The technical "first light" KMOS spectrum with the instrument cold, was obtained using the instrument calibration unit on 20 January 2010. This significant milestone, which tests all the integrated subsystems, is the first step to obtain an end-to-end qualification check of the complete cryogenic performance. It was carried out using a part-populated front segment with two complete channels comprising pickoff arms, IFUs, spectrograph and detector system.
KMOS is a new cryogenic near infrared instrument which will combine the advantages of multiplexing with the power of integral field spectroscopy. A consortium of German and British institutes together with ESO develop KMOS as one of the so called second generation VLT instruments. It is planned to be operational in late 2011.
The baseline concept is to have 24 integral field units (IFUs), each of which has 14x14 spatial elements providing a 2.8arcsec field of view and can be positioned anywhere in the 7.2arcmin diameter unvignetted field of the VLT Nasmyth focus.
There will be 3 identical spectrographs with a resolving power of about 3500 in the J, H, and K bands, each fed by 8 IFUs and equipped with a Hawaii 2RG array with 2K x 2K pixels. The cryostat is 2m in diameter and 1.5m high, and will be cooled to 77K by 3 closed cycle coolers.
The IFUs are located at the tips of 24 robotic arms that patrol the field of view. The arms are arranged in two planes 20mm above and below focal plane to maximise the freedom of movement. The arms weigh about 4.5kg each and have a size of 30 cm. Positioning within 0.1” (<60μm) is feasible.
KMOS will generate its own internal flatfields and wavelength calibration. For these it uses 2 halogen lamps, a neon lamp and an argon lamp mounted in an integrating sphere outside the instrument. The light is directed through a sealed tube to another integration sphere in the centre of the cryostat, and thence to each arm. In order to detect light from the flatfield lamps, the arms must be positioned correctly outside the patrol field.
KMOS is designed so that 8 IFU arms fed into a single spectrograph and have their light dispersed onto a single detector. Thus, in total there are 3 spectrographs and 3 detectors. In the picture on the right the optical path for 1/3 of the instrument is shown, the two other segments are identical. Hence, the format of the data on each detector is, modulo optical alignment and manufacturing tolerances, identical.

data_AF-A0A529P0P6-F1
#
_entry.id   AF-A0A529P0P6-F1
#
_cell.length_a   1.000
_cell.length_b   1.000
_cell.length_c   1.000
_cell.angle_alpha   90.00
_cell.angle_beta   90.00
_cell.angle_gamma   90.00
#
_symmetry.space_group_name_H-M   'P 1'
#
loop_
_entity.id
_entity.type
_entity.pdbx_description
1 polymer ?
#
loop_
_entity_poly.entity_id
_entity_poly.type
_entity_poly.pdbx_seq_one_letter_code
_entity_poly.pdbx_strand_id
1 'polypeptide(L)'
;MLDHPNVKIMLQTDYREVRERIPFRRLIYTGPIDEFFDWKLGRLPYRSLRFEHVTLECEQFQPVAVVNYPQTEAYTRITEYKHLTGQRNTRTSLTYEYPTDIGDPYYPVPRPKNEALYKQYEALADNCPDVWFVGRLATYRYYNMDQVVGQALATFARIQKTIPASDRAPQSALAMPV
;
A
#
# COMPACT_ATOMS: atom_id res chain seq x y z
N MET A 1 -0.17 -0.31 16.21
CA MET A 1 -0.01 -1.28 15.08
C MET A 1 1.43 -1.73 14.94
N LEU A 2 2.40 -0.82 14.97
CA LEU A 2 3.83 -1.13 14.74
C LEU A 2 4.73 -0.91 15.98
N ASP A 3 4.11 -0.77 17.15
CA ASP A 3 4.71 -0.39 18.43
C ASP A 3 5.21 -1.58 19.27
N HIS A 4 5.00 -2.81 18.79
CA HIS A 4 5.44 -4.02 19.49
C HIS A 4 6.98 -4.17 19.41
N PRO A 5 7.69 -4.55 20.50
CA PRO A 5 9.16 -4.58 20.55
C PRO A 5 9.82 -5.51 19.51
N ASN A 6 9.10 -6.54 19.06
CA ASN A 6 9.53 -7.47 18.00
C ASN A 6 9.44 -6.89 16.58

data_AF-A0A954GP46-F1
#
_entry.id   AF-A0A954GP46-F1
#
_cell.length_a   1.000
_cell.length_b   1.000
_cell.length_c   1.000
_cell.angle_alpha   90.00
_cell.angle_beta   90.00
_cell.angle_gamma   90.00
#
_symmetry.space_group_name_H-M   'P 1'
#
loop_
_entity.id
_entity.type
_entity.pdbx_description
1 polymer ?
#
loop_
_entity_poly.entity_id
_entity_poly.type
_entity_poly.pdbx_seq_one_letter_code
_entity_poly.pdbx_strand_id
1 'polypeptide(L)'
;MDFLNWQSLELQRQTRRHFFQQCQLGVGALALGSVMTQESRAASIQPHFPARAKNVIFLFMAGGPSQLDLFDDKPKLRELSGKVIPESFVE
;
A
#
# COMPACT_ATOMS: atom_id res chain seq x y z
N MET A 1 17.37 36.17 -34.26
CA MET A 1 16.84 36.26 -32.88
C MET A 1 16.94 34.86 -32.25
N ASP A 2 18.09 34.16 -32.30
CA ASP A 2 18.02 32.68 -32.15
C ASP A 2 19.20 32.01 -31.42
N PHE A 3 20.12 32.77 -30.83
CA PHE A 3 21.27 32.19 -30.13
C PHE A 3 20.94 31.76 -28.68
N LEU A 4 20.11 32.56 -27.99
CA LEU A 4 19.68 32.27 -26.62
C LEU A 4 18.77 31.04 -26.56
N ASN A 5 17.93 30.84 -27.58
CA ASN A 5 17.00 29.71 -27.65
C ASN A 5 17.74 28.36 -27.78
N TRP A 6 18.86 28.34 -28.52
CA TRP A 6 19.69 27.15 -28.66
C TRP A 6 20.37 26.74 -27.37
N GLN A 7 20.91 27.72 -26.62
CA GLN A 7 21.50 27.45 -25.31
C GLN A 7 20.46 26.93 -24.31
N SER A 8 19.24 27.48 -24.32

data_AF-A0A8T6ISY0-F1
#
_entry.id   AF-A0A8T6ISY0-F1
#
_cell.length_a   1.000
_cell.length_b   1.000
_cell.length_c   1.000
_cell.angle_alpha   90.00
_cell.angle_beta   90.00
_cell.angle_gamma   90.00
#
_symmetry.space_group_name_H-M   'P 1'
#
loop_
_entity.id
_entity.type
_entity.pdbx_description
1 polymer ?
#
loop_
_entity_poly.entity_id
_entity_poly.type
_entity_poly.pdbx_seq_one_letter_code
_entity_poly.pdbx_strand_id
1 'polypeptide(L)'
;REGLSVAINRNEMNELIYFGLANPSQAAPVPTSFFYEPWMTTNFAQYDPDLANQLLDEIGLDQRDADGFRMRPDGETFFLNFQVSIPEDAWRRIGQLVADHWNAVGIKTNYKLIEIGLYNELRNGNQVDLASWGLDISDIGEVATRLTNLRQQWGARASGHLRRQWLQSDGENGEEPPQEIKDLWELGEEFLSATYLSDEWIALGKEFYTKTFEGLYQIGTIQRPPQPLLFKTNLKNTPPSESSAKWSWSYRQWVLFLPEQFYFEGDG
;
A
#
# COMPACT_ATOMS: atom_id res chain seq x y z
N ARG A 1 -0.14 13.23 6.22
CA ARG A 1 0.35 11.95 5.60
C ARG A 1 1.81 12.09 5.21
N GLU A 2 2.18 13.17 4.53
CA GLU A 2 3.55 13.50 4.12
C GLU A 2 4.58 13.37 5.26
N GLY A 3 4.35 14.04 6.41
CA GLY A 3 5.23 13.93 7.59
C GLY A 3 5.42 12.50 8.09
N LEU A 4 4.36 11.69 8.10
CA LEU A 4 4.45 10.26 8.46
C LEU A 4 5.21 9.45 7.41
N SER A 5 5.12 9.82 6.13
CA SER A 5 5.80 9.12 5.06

The optical path of each arm has 45 optical surfaces. In total the instrument comprises 1080 optical surfaces and 60 cryogenic motors.
At the right one can see a raw image (2k x 6k pixels) as it will be produced by KMOS. The three images of the three detectors are attached one to the other with gaps in between. The vertical axis is the wavelength, the horizontal axis the spatial position. The bright, horizontal lines are OH-lines.
In the magnified area one can distinguish vertical slitlets. Each slilet is 14 pixels wide and 14 slitlets set up an IFU. All IFUs are joined horizontally. When the 14 slitlets are stacked, a datacube is obtained with a depth of 2000 pixels which equals the wavelength resolution.
Before reconstructing datacubes the calibration data obtained before each observation run is processed together with the raw image
Ahead of each observation run several calibration measurements (Dark Frame, Flatfield, Spectrum Alignment, Wavelength Alignment, Telluric Correction) have to be done. Before reconstructing datacubes the calibration data will be processed together with the raw image.
Since the targets to be observed are very faint and long integration times (> 1h) are needed to get data, a Real Time Display (RTD) is needed. Therefore some of the IFUs point to bright reference objects which are visible with short integration times (~10min). For the observation itself the calculated offsets can then be applied to the instrument.
For the Real time Display (RTD) the datacubes of all IFUs are flattened and mosaiced together.
Additionally a Patrol View of the whole field of view can be displayed, where the images of the IFUs are pasted at their position at the sky.
In general, multi-IFU allows one to select 20 to 50 sub-fields from the telescope field by positioning a pick-off device appropriately in order to relay the light form the sources to the IFUs. The spatial elements of these sub-fields (100 to 1000 each) are rearranged along the entrance slit of a spectrograph. In this way, spectra from all source locations within the white squares (left column in the figure) are recorded; and from these source images at all wavelengths can be reconstructed. In contrast to standard multi object slit spectroscopy, the spectrograph slit position is independent of the source position and one does not need to worry about the orientation of the slit.